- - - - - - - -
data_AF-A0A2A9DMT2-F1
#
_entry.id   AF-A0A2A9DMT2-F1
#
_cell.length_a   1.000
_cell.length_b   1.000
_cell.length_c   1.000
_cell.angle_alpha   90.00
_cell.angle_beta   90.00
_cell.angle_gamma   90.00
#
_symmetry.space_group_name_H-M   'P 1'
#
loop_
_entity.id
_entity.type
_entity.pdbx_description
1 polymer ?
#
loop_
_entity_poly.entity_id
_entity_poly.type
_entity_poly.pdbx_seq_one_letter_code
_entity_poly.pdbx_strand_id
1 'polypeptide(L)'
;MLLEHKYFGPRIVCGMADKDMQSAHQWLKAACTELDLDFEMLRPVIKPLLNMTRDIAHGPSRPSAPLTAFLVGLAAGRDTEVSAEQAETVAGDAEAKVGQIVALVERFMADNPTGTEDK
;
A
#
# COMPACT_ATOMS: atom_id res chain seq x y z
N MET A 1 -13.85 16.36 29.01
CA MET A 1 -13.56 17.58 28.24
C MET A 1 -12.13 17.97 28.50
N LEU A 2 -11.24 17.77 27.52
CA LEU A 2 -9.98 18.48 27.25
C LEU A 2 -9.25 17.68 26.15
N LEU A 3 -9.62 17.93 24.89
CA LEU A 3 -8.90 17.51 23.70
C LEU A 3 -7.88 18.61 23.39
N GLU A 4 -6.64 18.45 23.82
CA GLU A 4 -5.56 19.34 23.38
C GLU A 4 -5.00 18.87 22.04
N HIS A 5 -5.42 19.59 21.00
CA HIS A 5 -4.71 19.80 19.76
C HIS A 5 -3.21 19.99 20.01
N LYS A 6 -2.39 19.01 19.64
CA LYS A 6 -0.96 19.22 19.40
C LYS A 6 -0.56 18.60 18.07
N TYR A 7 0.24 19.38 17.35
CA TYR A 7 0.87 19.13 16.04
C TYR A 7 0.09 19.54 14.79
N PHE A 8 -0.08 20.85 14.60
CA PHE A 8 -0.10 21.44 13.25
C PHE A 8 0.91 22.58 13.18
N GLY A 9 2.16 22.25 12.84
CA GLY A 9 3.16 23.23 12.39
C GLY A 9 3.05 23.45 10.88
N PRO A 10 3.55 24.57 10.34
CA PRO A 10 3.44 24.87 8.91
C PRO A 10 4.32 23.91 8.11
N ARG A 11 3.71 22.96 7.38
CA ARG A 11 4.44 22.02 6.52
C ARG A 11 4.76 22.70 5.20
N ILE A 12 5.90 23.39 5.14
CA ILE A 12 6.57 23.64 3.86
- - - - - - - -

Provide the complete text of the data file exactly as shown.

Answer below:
data_AF-A0A2A9DMT2-F1
#
_entry.id   AF-A0A2A9DMT2-F1
#
_cell.length_a   1.000
_cell.length_b   1.000
_cell.length_c   1.000
_cell.angle_alpha   90.00
_cell.angle_beta   90.00
_cell.angle_gamma   90.00
#
_symmetry.space_group_name_H-M   'P 1'
#
loop_
_entity.id
_entity.type
_entity.pdbx_description
1 polymer ?
#
loop_
_entity_poly.entity_id
_entity_poly.type
_entity_poly.pdbx_seq_one_letter_code
_entity_poly.pdbx_strand_id
1 'polypeptide(L)'
;MLLEHKYFGPRIVCGMADKDMQSAHQWLKAACTELDLDFEMLRPVIKPLLNMTRDIAHGPSRPSAPLTAFLVGLAAGRDTEVSAEQAETVAGDAEAKVGQIVALVERFMADNPTGTEDK
;
A
#
# COMPACT_ATOMS: atom_id res chain seq x y z
N MET A 1 -13.85 16.36 29.01
CA MET A 1 -13.56 17.58 28.24
C MET A 1 -12.13 17.97 28.50
N LEU A 2 -11.24 17.77 27.52
CA LEU A 2 -9.98 18.48 27.25
C LEU A 2 -9.25 17.68 26.15
N LEU A 3 -9.62 17.93 24.89
CA LEU A 3 -8.90 17.51 23.70
C LEU A 3 -7.88 18.61 23.39
N GLU A 4 -6.64 18.45 23.82
CA GLU A 4 -5.56 19.34 23.38
C GLU A 4 -5.00 18.87 22.04
N HIS A 5 -5.42 19.59 21.00
CA HIS A 5 -4.71 19.80 19.76
C HIS A 5 -3.21 19.99 20.01
N LYS A 6 -2.39 19.01 19.64
CA LYS A 6 -0.96 19.22 19.40
C LYS A 6 -0.56 18.60 18.07
N TYR A 7 0.24 19.38 17.35
CA TYR A 7 0.87 19.13 16.04
C TYR A 7 0.09 19.54 14.79
N PHE A 8 -0.08 20.85 14.60
CA PHE A 8 -0.10 21.44 13.25
C PHE A 8 0.91 22.58 13.18
N GLY A 9 2.16 22.25 12.84
CA GLY A 9 3.16 23.23 12.39
C GLY A 9 3.05 23.45 10.88
N PRO A 10 3.55 24.57 10.34
CA PRO A 10 3.44 24.87 8.91
C PRO A 10 4.32 23.91 8.11
N ARG A 11 3.71 22.96 7.38
CA ARG A 11 4.44 22.02 6.52
C ARG A 11 4.76 22.70 5.20
N ILE A 12 5.90 23.39 5.14
CA ILE A 12 6.57 23.64 3.86